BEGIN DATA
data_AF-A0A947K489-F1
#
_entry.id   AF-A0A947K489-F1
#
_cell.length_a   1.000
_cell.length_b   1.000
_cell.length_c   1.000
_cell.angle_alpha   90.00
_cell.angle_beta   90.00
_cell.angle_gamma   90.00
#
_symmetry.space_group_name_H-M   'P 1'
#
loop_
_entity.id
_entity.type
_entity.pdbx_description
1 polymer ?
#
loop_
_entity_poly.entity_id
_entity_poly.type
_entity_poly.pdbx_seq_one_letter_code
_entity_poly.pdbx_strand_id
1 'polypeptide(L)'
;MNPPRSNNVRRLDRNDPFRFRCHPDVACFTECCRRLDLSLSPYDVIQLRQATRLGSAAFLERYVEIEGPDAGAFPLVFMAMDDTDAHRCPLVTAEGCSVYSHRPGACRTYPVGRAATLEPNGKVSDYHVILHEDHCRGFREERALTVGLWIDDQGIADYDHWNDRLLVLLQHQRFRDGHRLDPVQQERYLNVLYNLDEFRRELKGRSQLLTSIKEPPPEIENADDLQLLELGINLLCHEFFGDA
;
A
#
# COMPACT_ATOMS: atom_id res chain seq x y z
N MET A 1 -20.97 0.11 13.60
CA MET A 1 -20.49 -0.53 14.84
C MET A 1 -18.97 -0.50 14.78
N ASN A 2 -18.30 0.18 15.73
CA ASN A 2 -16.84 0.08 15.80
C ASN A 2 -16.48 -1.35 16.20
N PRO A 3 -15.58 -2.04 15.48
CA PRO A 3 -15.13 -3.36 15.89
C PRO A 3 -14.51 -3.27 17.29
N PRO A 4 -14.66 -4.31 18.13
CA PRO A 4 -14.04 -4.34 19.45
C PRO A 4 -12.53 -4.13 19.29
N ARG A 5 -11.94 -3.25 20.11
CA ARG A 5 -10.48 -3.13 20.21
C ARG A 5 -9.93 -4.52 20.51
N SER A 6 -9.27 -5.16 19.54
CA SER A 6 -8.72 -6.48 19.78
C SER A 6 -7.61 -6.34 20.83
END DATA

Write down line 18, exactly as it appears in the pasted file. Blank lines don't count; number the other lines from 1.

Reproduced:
1 polymer ?